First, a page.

Johann Amandus Winck – SOLD

Johann Amandus Winck
(Rottenburg am Neckar 1754 - 1817 Munich)

Two Flower Still Lifes, Munich 1794

Oil on copper, 39.9 x 31.7 cm each
Signed, dated and inscribed at lower left Joan. Amand. / Wink. pinx. /Monachii 1794. (left image) and lower right Joan Amand. Wink pinx /1794. (right image)

House of Schönborn, Schloss Weissenstein, Pommersfelden, inv. nos. 631 and 632[1] Private collection, Munich

Theodor von Frimmel, Verzeichnis der Gemälde in gräflich Schönborn-Wiesentheid’schem Besitze, Pommersfelden 1894, p. 202 f., nos. 631 and 632[2] Hugo Hantsch and Hanns Fischer, Schloss Weissenstein ob Pommersfelden der Grafen von Schönborn. Führer und Gemäldeverzeichnis, Bamberg c.1938, p. 28
Ulrich Thieme and Felix Becker, Allgemeines Lexikon der bildenden Künstler von der Antike bis zur Gegenwart, XXXVI, 1947, p. 58
Gerhard Woeckel, ‛Der Stillebenmaler Johann Amandus Winck’, in Kunst in Hessen und am Mittelrhein, Schriften des Hessischen Museums, 3 (1963), p. 75 and p. 85, nos. 18 and 19, both repr.
Gerhard Woeckel, ‛Neu entdeckte Stilleben des Münchener Malers Johann Amandus Winck (1754-1817)’, in Kunst in Hessen und am Mittelrhein, 13 (1973), p. 55


 Winck2Johann Amandus Winck ranks as one of the leading German still-life painters of the late eighteenth and early nineteenth centuries. Little is known about his life. He began his artistic training under his father, Johann Chrysostomus Winck (1725-95), who was court painter to the Prince-Bishopric of Eichstätt. Johann Amandus continued his studies in Munich under his uncle, Thomas Christian Winck (1738-97), court painter and official scene painter to the Electorate of Bavaria. As early as 1777 Johann Amandus produced four Gobelin designs for the Bavarian Court – a commission he almost certainly owed to his uncle’s influence at court. In the 1790s, uncle and nephew are known to have worked together on the completion of a fresco scheme.

Winck took up still-life painting at an early age. He was a specialist in Frucht- und Blumenstücke – still lifes combining fruits and flowers. But he also produced breakfast and hunt pieces and still lifes of vegetables. Many of his still lifes were conceived as pendants and almost all are signed and dated. In his later career a stream of courtly commissions were lavished on him. Two of these were the important supra porte which he executed for the Munich palaces of Nymphenburg and Schleißheim in the 1790s.[3]

German eighteenth-century still-life painting owed an important debt to the influence of Dutch seventeenth-century masters. For their own opulent compositions many German painters like Johann Martin Metz (1717-89), Caspar Arnold Grein (1765-1834) and Johann Amandus Winck drew on the sumptuous arrangements of predecessors like Abraham Mignon (1640-79) and Jan van Huysum (1682-1749), whose works could be studied in Munich’s princely collections. It is not inconceivable that Winck received tuition from Antwerp-born Peter Jacob Horemans (1700-76),[4] painter to the Bavarian court. This is strongly suggested by the parallels his work shows with the compositional schemes deployed by Horemans in his still lifes, many of which were also composed as pendants.

The present two still lifes are executed in horizontal format on copper. They are unusually well preserved and are fine works from Winck’s most creative period. Records dating back to 1894 already cite them in the holdings of one of southern Germany’s most distinguished art collections – with the Counts of Schönborn at Schloss Weissenstein in Pommersfelden. Commenting on the present two still lifes, Gerhard Woeckel notes: These two certainly contributed more than their due to the outstanding contemporary fame Wink so deservedly enjoyed.[5]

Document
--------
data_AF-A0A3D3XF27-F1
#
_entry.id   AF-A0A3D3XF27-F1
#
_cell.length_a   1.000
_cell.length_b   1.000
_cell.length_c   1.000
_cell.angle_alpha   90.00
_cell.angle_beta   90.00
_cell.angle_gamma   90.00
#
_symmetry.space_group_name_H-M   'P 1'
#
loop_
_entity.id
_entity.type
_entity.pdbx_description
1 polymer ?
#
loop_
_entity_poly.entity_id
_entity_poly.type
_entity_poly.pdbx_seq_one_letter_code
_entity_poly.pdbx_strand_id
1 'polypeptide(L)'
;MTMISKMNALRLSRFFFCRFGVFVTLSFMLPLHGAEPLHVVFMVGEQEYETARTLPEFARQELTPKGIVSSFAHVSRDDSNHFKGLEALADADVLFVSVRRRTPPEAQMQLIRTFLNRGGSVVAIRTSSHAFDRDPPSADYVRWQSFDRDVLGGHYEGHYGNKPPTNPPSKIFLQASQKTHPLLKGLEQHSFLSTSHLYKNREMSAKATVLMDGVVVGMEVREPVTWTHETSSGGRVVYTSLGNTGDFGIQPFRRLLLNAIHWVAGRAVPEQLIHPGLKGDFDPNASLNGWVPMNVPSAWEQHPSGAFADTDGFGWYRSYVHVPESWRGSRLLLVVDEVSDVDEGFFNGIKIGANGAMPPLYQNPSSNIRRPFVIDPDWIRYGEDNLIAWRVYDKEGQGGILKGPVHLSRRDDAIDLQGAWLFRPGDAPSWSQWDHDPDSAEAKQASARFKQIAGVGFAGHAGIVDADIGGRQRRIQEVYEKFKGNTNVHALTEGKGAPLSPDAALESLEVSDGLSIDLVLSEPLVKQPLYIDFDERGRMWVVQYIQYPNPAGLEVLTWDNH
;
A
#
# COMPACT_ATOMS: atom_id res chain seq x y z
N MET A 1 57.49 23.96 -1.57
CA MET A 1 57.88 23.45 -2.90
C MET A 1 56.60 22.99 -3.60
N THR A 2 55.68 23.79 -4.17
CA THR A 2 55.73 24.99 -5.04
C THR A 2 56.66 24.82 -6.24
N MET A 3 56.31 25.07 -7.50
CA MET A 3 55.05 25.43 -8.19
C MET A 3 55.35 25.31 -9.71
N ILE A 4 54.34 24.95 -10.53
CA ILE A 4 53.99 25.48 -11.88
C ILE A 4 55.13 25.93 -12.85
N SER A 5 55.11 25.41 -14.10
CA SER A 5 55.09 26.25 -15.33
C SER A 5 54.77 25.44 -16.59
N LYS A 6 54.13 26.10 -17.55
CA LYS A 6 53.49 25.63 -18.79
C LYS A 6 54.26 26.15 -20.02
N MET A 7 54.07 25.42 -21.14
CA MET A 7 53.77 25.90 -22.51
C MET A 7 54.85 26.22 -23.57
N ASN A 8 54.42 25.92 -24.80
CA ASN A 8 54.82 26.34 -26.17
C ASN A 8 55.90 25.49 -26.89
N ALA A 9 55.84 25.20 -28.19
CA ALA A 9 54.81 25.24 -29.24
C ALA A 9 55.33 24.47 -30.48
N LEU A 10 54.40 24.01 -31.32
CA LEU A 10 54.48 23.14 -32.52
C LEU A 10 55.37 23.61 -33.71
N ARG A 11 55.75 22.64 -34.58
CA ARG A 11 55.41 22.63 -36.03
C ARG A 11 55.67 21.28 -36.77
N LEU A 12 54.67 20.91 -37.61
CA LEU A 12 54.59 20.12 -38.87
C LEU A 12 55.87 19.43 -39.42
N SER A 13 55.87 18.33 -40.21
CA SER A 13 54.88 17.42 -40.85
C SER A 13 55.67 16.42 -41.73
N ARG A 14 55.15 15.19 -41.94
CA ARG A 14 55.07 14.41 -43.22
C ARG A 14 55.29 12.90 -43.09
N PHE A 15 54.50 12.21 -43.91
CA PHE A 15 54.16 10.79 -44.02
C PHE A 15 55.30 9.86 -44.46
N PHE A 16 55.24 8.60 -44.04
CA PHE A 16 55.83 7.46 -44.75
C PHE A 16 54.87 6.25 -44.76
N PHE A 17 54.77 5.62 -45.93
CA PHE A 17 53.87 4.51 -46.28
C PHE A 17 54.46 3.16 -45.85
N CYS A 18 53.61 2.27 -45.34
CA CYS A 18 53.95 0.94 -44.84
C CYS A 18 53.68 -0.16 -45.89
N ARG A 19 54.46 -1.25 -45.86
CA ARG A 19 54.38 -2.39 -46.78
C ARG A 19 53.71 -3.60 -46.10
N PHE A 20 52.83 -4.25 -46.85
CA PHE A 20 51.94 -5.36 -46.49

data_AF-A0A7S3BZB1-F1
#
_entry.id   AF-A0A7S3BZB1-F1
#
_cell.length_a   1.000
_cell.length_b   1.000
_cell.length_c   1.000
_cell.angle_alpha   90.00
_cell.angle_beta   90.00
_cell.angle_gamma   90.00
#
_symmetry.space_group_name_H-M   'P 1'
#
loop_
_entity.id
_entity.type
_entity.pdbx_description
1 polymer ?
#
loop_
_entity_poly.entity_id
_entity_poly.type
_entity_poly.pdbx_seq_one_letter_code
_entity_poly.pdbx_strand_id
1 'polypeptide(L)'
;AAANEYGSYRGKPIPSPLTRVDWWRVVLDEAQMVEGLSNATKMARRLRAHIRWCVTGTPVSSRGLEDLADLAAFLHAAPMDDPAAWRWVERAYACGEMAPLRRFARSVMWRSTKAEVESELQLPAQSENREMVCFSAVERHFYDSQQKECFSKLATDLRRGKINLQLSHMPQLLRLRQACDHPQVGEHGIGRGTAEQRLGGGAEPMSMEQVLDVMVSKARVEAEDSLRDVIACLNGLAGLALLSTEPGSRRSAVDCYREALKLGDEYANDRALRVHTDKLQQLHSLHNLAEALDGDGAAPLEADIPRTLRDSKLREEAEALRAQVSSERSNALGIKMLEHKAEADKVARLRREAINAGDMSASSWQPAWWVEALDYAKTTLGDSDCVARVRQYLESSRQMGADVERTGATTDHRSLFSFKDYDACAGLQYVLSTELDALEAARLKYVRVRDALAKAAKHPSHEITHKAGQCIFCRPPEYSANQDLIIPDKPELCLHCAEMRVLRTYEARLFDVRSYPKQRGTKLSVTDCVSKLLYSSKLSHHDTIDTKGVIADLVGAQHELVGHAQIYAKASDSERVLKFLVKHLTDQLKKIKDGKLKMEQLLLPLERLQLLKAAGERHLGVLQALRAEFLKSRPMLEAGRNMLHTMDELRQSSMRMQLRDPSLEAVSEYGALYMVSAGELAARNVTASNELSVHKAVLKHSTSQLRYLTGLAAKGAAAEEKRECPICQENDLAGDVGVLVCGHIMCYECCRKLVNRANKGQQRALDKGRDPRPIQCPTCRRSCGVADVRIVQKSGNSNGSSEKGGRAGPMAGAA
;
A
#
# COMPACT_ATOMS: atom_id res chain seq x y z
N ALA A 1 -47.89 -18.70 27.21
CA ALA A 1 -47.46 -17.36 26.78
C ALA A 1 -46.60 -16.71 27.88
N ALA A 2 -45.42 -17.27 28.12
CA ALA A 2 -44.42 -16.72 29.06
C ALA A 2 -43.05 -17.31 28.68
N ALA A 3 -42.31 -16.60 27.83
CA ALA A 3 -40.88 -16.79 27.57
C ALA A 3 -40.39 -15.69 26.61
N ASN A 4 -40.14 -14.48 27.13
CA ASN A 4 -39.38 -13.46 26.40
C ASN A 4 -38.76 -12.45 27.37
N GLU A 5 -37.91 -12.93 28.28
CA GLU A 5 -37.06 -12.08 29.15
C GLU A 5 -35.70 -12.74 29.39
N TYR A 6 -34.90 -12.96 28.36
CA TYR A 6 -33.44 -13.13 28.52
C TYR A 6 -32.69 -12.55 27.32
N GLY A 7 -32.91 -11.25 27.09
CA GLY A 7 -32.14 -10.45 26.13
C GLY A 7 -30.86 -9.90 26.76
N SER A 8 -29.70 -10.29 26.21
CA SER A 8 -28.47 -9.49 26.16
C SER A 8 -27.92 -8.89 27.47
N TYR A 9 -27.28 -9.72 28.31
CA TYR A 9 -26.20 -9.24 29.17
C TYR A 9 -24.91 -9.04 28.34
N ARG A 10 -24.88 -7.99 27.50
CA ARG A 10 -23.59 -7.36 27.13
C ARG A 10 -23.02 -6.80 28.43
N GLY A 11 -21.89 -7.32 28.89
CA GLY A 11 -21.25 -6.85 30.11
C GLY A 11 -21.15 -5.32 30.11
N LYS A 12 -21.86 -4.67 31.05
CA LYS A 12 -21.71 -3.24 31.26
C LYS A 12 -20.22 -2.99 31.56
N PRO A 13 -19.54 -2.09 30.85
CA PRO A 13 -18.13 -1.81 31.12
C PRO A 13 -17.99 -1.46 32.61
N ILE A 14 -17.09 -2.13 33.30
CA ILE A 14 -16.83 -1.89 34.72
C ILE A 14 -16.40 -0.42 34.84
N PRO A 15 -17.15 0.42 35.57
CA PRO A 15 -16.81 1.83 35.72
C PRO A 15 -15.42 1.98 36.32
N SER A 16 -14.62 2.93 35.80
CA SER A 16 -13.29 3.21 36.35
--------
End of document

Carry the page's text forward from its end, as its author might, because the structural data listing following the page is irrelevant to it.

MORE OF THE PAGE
Winck depicts a mix of Mediterranean fruits like the black grape, the white grape, the lemon mingling with local produce like the strawberry, the plum, the apricot, the blackcurrant and a variety of nut. The fruits are elegantly combined with flowers such as the flamboyant parrot tulip, the rose, the delicate blue forget-me-not and the dog rose. Winck complements the Früchte und Blumen arrangement with the addition of strikingly realistic trompe-l’oeil effects – tiny snails, flies, bees, beetles, caterpillars and varieties of butterfly.

These two important flower still lifes occupy an outstanding position in German eighteenth-century still-life painting. A further version of the pendants on canvas, also dated 1794 and in slightly smaller format, is recorded. However, in terms of quality they cannot compete with the present two flower pieces.[6] In Winck’s virtuoso still lifes the tradition of southern German Baroque still-life painting was to reach its zenith.

[1] Schloss Weissenstein was built between 1711 and 1718 as a private summer residence for Lothar Franz von Schönborn, Prince Bishop of Bamberg and Elector of Mainz, in Pommersfelden, near Bamberg.

[2] Frimmel states: Fehlt im Katalog 1857. 1893 in Wien [Missing in the 1857 catalogue. In 1893 in Vienna].

[3] See Gerhard Woeckel, ‛Der Stillebenmaler Johann Amandus Winck’, in Kunst in Hessen und am Mittelrhein, Schriften des Hessischen Museums, 3 (1963), pp. 70-106; id., ‛Neu entdeckte Stilleben des Münchener Malers Johann Amandus Winck (1754-1817)’, in Kunst in Hessen und am Mittelrhein, 13 (1973), pp. 53-8.

[4] See Woeckel, ‛Unbekannte Werke des Münchener Malers Johann Amandus Winck (1754-1817)’, in Weltkunst, 44 (1974), p. 1233.

[5] Woeckel, 1963, op. cit., p. 75.

[6] See Woeckel, 1973, op. cit., p. 55 and p. 58, nos. 1 and 2, both repr.


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